John Burroughs was an author who many people don’t remember. He was not among the most popular but he had a keen eye for nature. Burroughs came into this world on April 3, 1837, on a farm near Roxbury, New York. He became known for the things he observed in the world surrounding him. He enjoyed describing the beauty of the Catskill Mountains in New York State.
He spent time in Washington D.C. as a teacher, journalist and treasury clerk. Afterward, he returned to the Catskill Mountains. His first book “Wake Robin” was published in 1871 and in 1874 he settled down on his own small farm in Esopus. He began writing full time. His essay topics ranged from birds and nature to religion and literature.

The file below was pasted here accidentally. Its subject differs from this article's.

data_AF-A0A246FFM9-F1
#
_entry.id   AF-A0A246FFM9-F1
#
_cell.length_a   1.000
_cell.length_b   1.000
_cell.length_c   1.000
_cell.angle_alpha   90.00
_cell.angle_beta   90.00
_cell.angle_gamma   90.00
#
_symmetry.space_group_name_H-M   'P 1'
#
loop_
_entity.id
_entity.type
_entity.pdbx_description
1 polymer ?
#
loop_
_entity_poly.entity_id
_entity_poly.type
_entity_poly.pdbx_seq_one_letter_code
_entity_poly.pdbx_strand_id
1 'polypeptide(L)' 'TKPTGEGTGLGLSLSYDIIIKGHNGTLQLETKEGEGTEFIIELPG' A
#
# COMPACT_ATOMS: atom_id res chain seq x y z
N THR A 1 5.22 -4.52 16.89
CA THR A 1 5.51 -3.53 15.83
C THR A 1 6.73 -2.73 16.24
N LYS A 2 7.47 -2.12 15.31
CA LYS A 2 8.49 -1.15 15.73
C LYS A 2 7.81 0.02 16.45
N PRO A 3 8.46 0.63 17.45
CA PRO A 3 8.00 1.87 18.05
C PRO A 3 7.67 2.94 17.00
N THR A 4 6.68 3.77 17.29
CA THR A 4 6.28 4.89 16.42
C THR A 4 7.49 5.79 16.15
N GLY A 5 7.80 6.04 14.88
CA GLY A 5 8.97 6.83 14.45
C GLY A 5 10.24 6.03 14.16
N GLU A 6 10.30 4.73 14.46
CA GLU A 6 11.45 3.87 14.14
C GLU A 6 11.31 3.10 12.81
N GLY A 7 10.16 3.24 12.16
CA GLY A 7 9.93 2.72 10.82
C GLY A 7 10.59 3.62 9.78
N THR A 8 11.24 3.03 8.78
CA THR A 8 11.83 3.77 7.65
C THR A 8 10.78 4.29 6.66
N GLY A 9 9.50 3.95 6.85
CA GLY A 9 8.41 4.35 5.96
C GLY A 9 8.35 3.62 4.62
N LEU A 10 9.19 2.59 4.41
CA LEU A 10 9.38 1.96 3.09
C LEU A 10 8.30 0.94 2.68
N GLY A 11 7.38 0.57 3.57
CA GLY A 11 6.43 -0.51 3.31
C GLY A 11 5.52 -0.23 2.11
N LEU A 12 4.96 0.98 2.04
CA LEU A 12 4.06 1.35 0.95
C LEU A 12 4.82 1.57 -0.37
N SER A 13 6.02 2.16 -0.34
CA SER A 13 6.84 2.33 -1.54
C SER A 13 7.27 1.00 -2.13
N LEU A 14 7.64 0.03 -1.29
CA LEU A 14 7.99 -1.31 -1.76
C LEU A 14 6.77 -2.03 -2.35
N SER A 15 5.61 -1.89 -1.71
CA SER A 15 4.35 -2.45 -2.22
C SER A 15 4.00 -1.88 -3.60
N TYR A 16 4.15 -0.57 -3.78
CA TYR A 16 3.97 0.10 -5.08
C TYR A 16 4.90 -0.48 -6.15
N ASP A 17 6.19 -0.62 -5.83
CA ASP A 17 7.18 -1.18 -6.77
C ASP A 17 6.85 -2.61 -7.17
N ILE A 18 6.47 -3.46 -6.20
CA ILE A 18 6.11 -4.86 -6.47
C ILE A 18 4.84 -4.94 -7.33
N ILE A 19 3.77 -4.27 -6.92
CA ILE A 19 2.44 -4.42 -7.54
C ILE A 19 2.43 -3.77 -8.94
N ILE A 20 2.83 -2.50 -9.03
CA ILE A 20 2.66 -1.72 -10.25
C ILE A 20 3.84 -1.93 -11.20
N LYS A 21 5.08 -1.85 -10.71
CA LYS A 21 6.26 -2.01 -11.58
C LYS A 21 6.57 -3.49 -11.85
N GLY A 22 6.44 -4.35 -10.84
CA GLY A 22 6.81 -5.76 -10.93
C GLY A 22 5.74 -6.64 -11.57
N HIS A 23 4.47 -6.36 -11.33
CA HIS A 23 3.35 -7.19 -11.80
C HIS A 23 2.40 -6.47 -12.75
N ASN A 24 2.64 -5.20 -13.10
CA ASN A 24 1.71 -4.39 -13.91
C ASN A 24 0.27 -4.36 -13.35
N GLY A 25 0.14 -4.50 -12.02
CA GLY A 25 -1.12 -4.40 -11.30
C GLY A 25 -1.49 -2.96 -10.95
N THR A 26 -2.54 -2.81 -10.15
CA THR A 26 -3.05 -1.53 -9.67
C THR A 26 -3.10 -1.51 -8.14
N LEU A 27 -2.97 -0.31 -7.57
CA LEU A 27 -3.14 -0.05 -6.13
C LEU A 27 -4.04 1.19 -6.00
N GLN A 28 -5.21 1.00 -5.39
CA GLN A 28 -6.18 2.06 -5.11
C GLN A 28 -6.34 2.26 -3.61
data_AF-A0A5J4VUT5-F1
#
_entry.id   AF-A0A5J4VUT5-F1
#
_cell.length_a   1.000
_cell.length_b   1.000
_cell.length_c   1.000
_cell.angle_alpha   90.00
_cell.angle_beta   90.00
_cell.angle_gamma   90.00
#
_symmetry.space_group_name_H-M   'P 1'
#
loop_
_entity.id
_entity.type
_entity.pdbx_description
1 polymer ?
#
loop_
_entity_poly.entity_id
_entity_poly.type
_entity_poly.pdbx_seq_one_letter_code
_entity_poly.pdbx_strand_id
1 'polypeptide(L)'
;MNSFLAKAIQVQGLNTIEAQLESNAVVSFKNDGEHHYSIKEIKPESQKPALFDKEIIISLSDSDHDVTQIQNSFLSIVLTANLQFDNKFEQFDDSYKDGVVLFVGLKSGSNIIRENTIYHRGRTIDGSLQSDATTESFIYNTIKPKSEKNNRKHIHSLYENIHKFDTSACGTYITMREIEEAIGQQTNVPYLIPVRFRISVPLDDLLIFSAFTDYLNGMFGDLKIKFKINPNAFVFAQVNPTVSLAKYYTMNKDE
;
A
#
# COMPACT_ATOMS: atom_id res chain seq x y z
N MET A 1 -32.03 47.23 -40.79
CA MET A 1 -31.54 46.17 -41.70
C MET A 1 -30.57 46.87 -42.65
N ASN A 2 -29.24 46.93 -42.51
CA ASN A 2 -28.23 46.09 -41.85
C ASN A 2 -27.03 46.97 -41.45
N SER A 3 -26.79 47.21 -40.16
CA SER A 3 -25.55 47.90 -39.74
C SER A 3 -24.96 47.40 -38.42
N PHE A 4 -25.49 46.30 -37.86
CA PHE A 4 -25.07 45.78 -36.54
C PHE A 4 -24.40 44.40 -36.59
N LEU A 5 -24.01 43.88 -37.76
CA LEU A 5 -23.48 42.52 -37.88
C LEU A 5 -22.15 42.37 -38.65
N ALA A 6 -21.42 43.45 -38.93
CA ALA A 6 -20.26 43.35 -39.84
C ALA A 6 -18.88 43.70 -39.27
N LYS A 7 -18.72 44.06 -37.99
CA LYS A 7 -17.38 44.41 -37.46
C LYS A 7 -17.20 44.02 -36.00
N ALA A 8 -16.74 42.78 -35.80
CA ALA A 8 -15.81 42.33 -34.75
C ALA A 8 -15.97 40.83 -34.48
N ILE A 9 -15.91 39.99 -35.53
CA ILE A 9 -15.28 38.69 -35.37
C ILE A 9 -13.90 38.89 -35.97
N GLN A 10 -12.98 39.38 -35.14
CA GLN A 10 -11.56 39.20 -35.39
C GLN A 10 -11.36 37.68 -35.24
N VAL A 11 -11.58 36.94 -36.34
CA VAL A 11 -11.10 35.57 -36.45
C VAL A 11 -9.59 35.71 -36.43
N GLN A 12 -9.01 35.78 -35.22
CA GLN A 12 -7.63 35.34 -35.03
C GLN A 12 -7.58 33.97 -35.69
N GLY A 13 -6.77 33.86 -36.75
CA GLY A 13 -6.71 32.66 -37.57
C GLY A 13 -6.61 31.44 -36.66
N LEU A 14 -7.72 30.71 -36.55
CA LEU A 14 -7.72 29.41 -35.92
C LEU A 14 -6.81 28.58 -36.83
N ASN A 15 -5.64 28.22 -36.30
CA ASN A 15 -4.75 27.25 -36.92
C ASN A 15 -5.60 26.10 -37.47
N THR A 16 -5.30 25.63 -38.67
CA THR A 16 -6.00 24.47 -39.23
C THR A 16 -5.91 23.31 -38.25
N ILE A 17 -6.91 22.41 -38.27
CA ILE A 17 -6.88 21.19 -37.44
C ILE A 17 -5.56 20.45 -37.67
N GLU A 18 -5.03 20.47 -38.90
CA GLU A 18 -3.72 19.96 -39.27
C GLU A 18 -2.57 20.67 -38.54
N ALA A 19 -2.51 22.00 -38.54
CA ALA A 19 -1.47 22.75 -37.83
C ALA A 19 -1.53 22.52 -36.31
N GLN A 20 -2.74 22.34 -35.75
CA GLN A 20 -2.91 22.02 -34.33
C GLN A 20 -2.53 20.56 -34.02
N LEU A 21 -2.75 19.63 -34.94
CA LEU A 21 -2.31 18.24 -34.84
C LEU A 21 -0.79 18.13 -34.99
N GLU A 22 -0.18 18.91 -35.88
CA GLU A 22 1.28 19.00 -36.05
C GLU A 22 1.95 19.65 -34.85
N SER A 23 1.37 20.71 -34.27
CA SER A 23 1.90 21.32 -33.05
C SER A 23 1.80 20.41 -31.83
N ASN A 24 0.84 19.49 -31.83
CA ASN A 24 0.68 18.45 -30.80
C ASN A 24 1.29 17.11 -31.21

John Burroughs Homestead
People enjoyed his writing about the beauty of nature in books such as “Birds and Poets” and “Ways of Nature”. He is best described as an American naturalist and nature essayist. He was active in the U.S. conservation movement. He received the nickname “Grand Old Man of Nature”. In later years he resembled Father Time with his long white beard and hair.
In all, he wrote 23 volumes of essays and in his later years at Woodchuck Lodge in Roxbury, he received guests like John Muir, Henry Ford, Thomas Edison, and Harvey Firestone. Burroughs died while traveling on a train from California on March 29, 1921, and was laid to rest on his 84th birthday by his beloved Boyhood Rock on Old Clump Mountain in Roxbury.